Photo: Haley McDonald
I sent three or four songs to my manager, and he said, “Sounds like there’s a theme here. It sounds like you’re writing a rock opera or concept record.” I hadn’t even thought of that at the time. I took it and ran with it. I realized that it wasn’t very fashionable to do a rock opera or concept record and decided that was why I would do it.
I based some of the characters loosely on people I’d known growing up and what was around me. I made a love story about hate. A lot of the songs are sung through the eyes of different characters, including “6FT Middle-Age American Man”. I’ve been posting lyric video snippets for the whole record, and when it came to that song, it set a lot of people off because they don’t know the story of the record yet.
It’s not a record for everybody. But I’m very proud of it. I’m glad I did it.
There’s a phrase that comes up on the record, “Are we having a conversation?” I remember seeing all these things happening when I was growing up, including racism, and thinking, “Maybe by the time I’m in my middle years, they’ll be eradicated.” But they haven’t been, and I think a big reason for that is that we weren’t having a conversation about any of it. Not in any real sense. As though it would just take care of itself.
I think that’s the problem. We had eight years of a Black president, and a lot of angry white people resented it. Hated it. Fox News spent eight years bashing the shit out of the guy. They didn’t have nothing on him. He wore a tan suit one day, and he wore a fucking bicycle helmet while riding through a park. That’s all they could do was rag on him for that.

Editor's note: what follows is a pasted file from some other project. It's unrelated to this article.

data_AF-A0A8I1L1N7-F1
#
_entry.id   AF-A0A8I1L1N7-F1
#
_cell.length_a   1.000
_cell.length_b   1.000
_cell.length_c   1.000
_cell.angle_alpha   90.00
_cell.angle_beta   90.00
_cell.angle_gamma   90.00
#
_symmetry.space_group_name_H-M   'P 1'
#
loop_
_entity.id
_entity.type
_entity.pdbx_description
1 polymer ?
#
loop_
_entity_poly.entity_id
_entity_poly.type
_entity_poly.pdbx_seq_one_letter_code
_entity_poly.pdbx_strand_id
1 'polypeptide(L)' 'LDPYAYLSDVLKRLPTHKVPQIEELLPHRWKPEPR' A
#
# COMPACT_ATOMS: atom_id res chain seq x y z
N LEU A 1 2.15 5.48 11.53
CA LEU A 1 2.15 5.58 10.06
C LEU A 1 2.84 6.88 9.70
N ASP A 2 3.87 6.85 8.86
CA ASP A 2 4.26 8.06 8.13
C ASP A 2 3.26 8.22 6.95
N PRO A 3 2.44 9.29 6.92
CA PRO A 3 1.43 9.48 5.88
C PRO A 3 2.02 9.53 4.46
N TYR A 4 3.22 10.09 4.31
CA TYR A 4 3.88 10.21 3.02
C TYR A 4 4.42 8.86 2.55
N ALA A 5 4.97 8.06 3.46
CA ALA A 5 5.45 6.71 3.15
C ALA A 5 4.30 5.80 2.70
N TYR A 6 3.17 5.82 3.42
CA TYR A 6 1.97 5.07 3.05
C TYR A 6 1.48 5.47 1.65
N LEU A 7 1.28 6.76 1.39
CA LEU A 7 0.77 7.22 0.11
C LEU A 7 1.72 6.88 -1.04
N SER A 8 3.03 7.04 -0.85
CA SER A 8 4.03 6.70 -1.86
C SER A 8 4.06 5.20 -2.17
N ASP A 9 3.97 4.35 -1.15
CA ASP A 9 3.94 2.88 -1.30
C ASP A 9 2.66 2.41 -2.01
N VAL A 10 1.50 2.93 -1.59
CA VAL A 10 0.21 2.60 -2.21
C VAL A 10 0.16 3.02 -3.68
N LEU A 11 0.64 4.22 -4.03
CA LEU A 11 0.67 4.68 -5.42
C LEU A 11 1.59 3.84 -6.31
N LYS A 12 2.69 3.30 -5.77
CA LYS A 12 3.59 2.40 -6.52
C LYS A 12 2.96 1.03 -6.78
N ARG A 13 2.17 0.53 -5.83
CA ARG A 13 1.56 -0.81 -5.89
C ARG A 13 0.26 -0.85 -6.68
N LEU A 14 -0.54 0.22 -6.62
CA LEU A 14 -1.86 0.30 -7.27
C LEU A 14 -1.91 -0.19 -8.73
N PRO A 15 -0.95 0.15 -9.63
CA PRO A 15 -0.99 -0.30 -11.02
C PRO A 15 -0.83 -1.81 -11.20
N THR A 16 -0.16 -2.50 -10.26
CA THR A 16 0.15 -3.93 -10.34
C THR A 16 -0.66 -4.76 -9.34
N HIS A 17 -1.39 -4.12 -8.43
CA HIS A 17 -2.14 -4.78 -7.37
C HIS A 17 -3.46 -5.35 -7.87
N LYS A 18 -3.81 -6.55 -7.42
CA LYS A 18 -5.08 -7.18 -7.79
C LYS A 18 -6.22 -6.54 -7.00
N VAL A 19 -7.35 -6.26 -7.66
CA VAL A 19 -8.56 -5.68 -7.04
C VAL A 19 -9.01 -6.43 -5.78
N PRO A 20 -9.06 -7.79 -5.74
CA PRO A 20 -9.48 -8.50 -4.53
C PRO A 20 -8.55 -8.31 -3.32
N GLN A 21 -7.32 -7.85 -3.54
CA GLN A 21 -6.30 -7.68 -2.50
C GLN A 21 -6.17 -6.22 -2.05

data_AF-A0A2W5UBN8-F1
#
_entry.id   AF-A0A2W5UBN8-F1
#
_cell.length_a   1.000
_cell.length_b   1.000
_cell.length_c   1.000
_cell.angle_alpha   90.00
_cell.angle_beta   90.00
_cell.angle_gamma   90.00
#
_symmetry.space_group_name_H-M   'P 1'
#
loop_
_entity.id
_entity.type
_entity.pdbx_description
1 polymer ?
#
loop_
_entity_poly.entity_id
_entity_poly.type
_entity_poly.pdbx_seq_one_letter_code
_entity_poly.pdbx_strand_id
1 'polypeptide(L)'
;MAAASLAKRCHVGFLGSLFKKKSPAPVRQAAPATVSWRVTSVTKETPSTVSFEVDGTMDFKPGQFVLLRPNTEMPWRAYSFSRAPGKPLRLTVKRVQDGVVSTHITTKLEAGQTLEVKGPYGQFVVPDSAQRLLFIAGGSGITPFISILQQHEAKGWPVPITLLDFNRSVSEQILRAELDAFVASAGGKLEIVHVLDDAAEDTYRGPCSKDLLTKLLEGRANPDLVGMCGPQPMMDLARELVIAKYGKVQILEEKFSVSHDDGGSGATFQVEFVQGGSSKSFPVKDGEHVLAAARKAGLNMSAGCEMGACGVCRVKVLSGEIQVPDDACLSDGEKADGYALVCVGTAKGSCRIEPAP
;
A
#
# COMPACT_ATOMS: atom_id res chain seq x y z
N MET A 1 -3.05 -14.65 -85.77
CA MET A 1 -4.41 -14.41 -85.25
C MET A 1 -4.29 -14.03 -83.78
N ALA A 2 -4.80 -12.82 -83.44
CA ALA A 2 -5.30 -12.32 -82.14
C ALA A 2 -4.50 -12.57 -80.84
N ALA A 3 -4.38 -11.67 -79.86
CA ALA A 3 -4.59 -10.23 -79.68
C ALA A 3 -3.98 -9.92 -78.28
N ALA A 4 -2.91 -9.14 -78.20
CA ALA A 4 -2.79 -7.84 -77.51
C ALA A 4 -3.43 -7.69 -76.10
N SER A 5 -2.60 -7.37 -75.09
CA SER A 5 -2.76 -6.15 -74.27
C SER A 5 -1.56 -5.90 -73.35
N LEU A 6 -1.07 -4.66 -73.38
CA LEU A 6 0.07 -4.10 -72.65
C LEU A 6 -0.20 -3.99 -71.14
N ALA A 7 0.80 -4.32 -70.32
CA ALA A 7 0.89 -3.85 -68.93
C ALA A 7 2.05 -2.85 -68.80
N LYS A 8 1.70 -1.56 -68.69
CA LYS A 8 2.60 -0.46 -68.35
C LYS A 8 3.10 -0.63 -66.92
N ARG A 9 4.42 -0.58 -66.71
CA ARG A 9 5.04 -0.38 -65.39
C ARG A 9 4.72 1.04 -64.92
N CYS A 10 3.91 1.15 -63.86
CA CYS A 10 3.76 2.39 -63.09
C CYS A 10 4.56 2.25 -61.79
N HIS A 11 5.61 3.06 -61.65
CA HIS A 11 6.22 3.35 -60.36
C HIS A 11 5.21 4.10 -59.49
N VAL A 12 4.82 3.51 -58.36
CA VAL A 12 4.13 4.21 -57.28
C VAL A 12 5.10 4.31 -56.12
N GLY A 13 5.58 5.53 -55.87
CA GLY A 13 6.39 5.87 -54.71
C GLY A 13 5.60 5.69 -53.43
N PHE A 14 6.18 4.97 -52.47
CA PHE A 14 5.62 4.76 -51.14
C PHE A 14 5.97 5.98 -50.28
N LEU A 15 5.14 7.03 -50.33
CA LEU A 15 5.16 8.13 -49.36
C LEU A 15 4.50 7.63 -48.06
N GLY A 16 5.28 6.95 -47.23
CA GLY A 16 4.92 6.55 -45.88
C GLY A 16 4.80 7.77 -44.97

That said, I think it stirred up an undercurrent of animosity and racism, inadvertently even. It’s that “I’m not racist. I have a black friend.” I still heard all of that in certain circles. I can remember going back home for a class reunion, and we all went back to a bar in my hometown. It might have even during an election year. Fox News was on, and these two guys said, “Look at that fucking guy. How is he president? Just look at him.” It’s clearly racist. It’s not like the dude looks weird. No weirder than Trump. Jesus.
I couldn’t help but feeling the way I did about these things. I know nobody wants to hear these things from their favorite artists. A lot of people just tune it out. But it’s not like it’s a political record. That’s too boring. But you can bet your ass that there are people who say, “I don’t want to think. I want to be entertained.” I love entertaining, but I’m a human being, and I think. And I get angry. And I get sad.
Photo: Haley McDonald
When I wrote, Afraid of Ghosts, after my dad died, which was a very said, mellow, introspective record, tons of fans hated it. Now people come up to me and say, “I didn’t like that record when it came out because you weren’t being funny and snarky and cynical and loud. But lost someone I love, and now it’s my favorite record.” I can’t predict what people are feeling. I can only tell you what I’m feeling.
I follow your social media, and it fascinates me when people comment along the lines of, “Stay out of politics” on your posts or anyone’s post for that matter. You’re as much a citizen as they are.